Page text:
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Introducing Our First Top Level Defender—Olga Jilani

Tim Helming and Kelsey LaBelle interviewed Olga and discussed her career path, recommended resources, inspirations, and more. This episode is included at the bottom of this post.

Introducing the Top Level Defender (TLD) Contest

There’s no eloquent, elegant, or groundbreaking way to express how challenging and painful this year has been. Ransomware groups have attacked hospitals and healthcare institutions, unemployment has skyrocketed, the US had a stressful election cycle, and most importantly many have lost loved ones. All the while, defenders have been treading water and trying to outpace the ever-evolving and expanding attack surfaces that come with remote work.

My own “glass half full,” or B positive blood type optimism, has seen and experienced the extraordinary gift of community this year. Sure there have been many tears, moments of distress, even anger. But above all, I’ve witnessed an industry dead set on staying a step ahead of those intent on throwing buckets of nails across the information superhighway. Some might even call this response therapeutic.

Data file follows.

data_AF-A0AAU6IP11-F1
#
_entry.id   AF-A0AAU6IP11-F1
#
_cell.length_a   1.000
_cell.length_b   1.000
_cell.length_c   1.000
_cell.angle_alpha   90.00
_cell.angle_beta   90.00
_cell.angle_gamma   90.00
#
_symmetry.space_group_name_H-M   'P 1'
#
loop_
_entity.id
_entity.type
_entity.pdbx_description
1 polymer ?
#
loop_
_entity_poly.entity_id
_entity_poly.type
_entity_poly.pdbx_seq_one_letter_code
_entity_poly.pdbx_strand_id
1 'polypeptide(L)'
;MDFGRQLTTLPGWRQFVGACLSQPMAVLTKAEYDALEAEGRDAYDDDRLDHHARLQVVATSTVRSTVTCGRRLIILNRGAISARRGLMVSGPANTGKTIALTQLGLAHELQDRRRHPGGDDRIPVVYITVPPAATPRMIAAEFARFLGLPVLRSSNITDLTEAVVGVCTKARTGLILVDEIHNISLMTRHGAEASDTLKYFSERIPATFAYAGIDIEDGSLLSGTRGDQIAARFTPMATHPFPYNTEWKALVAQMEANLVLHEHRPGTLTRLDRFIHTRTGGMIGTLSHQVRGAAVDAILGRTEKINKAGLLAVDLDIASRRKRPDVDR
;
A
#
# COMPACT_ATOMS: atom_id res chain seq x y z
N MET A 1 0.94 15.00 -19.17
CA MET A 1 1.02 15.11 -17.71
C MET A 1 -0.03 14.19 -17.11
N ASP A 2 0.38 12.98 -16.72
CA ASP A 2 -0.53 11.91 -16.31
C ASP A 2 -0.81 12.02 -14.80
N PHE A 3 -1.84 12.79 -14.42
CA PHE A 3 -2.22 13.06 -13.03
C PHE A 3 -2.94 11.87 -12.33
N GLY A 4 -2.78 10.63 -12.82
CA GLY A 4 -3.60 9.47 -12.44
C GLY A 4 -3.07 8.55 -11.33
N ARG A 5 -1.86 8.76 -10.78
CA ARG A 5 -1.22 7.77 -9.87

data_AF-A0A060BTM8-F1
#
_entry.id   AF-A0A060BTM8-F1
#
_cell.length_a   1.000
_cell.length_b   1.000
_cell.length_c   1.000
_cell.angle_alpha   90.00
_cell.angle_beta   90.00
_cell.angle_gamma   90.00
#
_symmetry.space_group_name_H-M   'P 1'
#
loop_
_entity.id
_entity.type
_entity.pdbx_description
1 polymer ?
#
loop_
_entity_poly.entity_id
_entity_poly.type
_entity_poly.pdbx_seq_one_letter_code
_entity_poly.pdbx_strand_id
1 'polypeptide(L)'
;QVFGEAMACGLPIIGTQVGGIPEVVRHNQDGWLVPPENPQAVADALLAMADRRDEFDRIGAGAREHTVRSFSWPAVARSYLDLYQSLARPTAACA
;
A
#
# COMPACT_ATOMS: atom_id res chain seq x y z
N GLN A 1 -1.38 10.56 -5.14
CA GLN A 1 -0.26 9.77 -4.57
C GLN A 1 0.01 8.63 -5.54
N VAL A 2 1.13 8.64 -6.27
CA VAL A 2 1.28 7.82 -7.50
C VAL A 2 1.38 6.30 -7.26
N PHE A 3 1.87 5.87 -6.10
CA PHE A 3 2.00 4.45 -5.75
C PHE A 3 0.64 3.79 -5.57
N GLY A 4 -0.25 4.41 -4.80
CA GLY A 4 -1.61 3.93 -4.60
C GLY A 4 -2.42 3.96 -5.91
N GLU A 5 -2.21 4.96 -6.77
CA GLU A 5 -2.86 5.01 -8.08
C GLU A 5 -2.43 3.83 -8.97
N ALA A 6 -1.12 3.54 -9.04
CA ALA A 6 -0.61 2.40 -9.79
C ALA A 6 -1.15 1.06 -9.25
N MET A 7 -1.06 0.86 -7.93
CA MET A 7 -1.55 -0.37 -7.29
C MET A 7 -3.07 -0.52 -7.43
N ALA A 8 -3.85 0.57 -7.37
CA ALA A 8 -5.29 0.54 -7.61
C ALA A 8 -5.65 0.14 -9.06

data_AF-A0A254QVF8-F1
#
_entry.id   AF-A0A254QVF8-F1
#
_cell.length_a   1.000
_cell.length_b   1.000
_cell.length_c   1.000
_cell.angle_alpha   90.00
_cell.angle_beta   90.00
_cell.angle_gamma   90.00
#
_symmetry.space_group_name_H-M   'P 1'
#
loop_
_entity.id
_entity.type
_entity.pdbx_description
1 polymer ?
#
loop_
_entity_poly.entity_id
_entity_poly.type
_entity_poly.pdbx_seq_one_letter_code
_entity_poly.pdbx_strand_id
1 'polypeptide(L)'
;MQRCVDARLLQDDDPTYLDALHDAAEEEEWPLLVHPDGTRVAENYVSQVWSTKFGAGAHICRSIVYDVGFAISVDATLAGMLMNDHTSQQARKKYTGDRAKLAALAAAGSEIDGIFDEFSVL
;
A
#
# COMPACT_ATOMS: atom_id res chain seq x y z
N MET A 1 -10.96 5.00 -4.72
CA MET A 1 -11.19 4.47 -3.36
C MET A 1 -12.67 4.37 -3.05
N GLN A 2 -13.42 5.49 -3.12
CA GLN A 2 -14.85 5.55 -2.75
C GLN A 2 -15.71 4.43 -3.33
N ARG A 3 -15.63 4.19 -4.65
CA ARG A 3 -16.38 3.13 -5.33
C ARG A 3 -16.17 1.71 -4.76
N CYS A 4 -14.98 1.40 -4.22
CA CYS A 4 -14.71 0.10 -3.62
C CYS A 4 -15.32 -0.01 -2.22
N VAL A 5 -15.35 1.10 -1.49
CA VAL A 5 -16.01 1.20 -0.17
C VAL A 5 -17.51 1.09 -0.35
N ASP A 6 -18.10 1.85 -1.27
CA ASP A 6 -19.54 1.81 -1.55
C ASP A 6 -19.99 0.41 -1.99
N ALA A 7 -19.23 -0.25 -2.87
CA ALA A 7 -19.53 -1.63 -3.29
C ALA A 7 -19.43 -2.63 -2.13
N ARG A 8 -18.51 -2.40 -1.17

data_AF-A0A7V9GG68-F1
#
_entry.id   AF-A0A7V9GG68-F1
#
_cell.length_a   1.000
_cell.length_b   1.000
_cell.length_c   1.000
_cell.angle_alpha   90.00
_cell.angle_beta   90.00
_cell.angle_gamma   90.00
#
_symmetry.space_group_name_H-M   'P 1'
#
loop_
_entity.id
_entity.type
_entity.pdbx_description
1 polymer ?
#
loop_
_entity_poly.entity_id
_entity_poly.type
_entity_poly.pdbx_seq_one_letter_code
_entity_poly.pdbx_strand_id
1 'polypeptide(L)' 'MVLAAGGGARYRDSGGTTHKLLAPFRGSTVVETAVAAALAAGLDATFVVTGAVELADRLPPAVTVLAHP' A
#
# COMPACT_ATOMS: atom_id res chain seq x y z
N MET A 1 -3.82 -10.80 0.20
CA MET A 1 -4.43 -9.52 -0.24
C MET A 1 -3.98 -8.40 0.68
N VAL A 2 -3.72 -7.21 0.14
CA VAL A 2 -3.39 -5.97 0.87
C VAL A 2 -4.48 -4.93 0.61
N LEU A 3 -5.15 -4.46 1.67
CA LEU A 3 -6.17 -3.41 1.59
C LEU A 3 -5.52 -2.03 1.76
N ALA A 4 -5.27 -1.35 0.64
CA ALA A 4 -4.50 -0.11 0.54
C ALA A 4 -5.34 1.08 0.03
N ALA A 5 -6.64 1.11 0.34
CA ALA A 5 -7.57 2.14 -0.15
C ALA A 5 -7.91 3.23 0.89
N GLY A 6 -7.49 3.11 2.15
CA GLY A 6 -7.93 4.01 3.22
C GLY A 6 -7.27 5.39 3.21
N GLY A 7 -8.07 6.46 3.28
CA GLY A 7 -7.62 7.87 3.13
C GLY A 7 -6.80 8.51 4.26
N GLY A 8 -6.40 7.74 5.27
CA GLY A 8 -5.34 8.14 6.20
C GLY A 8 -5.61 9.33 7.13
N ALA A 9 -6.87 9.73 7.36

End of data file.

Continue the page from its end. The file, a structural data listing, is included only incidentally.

In response to the courage demonstrated by defenders, many of us at DomainTools wanted to find a meaningful way to say thank you. And as noted on our contest page, although we can’t sunset JavaScript, disable macros, or remind folks to use unique passwords, we can invest in you. So that is what we set out to do.

We asked for folks to nominate a member of the infosecurity community that inspires them, and in return, we promised to pay for the winner of the TLD contest’s SANS FOR578 course—as well as feature them on our blog, interview them on our podcast, and send them some fun goodies.

Choosing our Top Level Defender

The response from the community to this contest was astounding. Tim Helming, Ariella Robison, and I spent some quality time together reading and digesting your thoughtful and powerful nominations. Frankly, it was one of the most uplifting and inspiring activities I’ve participated in this holiday season. Nominations highlighted the resiliency, selflessness, and impact of defenders. On the flip side, this made our decision-making process incredibly difficult. A few things we took into consideration when selecting our winner were: